Estrogen plays a role in maintaining brain health. It has been shown to have a protective effect on the brain, helping to reduce the risk of cognitive decline and Alzheimer’s disease. Estrogen helps to improve blood flow to the brain, which is important for delivering oxygen and nutrients to brain cells. It also helps to protect neurons from damage and promote the growth of new neurons. However, as with cardiovascular health, the relationship between estrogen and brain health is complex and varies among women. Here’s some great news again – even if cognitive decline has begun, estrogen replacement can be helpful. Be sure to choose Bioidentical though.

Estrogen levels of course naturally change through the age span, but what if your estrogen is low prematurely, as mine was. There are things that you can do naturally to support your estrogen levels before you begin replacement therapy.

In fact, I encourage women to start with healing the body, the gut, the brain through diet and lifestyle choices, perhaps adding supplementation, before they start supplementation. If, and when, supplementation is needed, then the hormones will actually have a better chance of working optimally.

Support Your Estrogen Naturally: Here’s a simple list of some things to do to support healthy estrogen levels naturally:

  1. Consume phytoestrogens: Phytoestrogens are naturally occurring plant compounds that have estrogen-like activity in the body. Foods such as soybeans, flax seeds, chickpeas, lentils, and alfalfa sprouts are good sources of phytoestrogens.
  2. Increase intake of cruciferous vegetables: Vegetables like broccoli, cauliflower, and kale contain compounds that help to balance hormones by supporting liver detoxification.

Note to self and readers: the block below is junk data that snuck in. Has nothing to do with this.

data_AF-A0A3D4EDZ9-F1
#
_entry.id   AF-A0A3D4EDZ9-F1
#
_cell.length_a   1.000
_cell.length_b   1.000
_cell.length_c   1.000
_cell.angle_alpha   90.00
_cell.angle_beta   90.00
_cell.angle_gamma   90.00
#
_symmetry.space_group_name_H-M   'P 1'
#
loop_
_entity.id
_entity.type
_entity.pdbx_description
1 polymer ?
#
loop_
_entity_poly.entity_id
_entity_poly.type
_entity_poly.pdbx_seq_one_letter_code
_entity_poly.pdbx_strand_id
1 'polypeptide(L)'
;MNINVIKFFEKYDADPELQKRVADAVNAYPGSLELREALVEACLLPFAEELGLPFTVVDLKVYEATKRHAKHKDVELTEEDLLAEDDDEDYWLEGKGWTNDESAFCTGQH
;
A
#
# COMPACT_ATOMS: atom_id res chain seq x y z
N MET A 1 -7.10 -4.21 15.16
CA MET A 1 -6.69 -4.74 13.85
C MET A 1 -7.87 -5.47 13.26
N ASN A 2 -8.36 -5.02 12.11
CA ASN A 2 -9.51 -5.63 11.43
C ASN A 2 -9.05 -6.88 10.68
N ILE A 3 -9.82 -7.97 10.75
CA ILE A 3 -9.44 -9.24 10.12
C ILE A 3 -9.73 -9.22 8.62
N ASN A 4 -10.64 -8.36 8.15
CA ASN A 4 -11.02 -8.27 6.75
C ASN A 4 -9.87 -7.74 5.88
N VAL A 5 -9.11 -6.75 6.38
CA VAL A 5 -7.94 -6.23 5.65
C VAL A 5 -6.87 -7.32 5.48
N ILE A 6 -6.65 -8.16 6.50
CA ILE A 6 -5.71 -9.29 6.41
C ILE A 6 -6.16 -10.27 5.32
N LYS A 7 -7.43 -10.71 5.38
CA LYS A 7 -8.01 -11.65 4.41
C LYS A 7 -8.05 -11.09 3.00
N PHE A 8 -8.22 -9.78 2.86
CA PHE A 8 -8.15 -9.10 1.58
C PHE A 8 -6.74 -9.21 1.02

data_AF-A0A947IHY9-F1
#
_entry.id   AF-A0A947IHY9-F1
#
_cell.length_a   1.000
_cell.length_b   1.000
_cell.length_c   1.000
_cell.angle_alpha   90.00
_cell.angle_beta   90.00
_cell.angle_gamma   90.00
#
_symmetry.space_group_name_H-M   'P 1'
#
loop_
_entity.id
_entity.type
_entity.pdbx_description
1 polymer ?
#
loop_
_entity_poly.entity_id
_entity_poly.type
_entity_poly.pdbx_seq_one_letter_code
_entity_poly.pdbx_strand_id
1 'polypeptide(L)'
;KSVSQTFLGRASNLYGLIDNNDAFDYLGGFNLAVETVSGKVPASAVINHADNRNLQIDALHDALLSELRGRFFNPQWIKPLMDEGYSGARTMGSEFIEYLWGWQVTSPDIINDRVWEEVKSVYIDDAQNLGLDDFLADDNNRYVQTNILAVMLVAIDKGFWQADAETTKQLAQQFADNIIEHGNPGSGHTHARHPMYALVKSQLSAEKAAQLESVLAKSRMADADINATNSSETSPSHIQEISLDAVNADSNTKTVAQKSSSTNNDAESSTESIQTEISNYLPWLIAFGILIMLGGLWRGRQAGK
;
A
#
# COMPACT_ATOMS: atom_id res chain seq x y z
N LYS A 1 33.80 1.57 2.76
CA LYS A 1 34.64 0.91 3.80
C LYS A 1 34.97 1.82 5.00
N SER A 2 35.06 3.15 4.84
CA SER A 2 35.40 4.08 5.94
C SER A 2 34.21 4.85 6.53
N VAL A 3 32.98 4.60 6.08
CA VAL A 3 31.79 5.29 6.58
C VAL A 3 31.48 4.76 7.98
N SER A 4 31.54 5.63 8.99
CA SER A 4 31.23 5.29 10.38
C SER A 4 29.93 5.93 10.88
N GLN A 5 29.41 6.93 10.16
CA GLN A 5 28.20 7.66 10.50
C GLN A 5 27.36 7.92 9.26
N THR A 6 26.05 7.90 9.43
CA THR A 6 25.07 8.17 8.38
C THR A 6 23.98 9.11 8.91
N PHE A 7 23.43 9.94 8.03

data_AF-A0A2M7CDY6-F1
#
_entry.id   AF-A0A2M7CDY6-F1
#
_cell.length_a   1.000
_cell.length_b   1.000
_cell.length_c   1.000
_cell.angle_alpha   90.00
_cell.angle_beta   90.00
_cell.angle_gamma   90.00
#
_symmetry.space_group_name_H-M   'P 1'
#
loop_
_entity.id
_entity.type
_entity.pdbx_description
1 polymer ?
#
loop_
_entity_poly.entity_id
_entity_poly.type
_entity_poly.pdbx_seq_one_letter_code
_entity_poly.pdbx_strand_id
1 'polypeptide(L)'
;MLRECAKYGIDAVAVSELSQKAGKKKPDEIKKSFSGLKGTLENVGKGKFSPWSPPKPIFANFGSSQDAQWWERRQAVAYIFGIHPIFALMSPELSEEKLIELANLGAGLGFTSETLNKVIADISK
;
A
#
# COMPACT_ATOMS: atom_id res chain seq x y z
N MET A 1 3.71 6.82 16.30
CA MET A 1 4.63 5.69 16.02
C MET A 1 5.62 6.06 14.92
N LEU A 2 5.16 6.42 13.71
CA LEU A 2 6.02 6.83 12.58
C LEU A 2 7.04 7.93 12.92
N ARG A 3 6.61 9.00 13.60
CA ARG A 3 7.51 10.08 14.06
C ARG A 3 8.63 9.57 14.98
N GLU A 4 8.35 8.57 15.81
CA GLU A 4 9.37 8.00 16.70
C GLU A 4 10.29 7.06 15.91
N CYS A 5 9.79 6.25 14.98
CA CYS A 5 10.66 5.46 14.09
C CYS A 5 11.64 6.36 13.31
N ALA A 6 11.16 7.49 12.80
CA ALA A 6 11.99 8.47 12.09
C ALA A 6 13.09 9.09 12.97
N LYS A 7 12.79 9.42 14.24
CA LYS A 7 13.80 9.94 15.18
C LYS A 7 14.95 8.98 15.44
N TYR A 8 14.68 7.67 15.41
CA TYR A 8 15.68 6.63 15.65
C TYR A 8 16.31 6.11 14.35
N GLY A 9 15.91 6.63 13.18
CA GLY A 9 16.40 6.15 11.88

3. Eat plenty of healthy fats – Omega fish oils, chia and flax seeds are all important to support healthy cell membrane production and healthy hormones. Be sure to eat Wild caught fish, to avoid the toxic load estrogens found in farmed fish.
  4. Exercise regularly: Regular exercise, especially strength training, can increase estrogen levels in women.
  5. Maintain a healthy weight: Being overweight or obese can lead to excess estrogen production in the body. Maintaining a healthy weight through a balanced diet and exercise can help regulate estrogen levels.
  6. Manage stress: High levels of stress can disrupt hormone balance, including estrogen levels. Incorporating stress-reducing practices such as meditation, yoga, or deep breathing can be helpful.
  7. Get enough sleep: Lack of sleep or poor sleep quality can lead to hormone imbalances, including low estrogen levels. Aim for 7-9 hours of sleep per night.

The Big Picture

You can take charge or your hormonal health! Yes, it may take some effort. Yes, It may take some changes, like the ones listed above. It may even take supplementation. However, I promise, the pay-off is immense!  By starting today, you can begin to take some strides to improve your hormone health, your vitality and honestly, improve almost every aspect of your life when your hormones are balanced- really!

Next week, stay tuned as I write a hormonal imbalance that almost EVERY women is dealing with!


  1. Santen, R. J., et al. “Estrogen in breast cancer: a clinical perspective.” Clinical obstetrics and gynecology 48.3 (2005): 660-672.
  2. Burger, H. G., et al. “Dynamics of reproductive hormones in the menopausal transition.” European journal of endocrinology 151.suppl_3 (2004): U109-U115.
  3. Lindsay, R., et al. “Estrogen and prevention of osteoporosis in postmenopausal women.” American journal of medicine 119.4 (2006): S18-S24.
  4. Mendelsohn, M. E., and K. S. Karas. “The protective effects of estrogen on the cardiovascular system.” New England Journal of Medicine 340.23 (1999): 1801-1811.
  5. Henderson, V. W., et al. “Estrogen in the brain and Alzheimer’s disease.” Alzheimer’s Research & Therapy 5.2 (2013): 12.
  6. American College of Obstetricians and Gynecologists. “Hormone therapy.” ACOG Practice Bulletin No. 141 (2014): e1-e20.
  7. North American Menopause Society. “The 2017 hormone therapy position statement of The North American Menopause Society.” Menopause 24.7 (2017): 728-753.

This Free Quiz was created to help you gain clarity about some of your most aggravating symptoms and to help you get on your healthy hormone path.

FREE Hormone Symptom Quiz!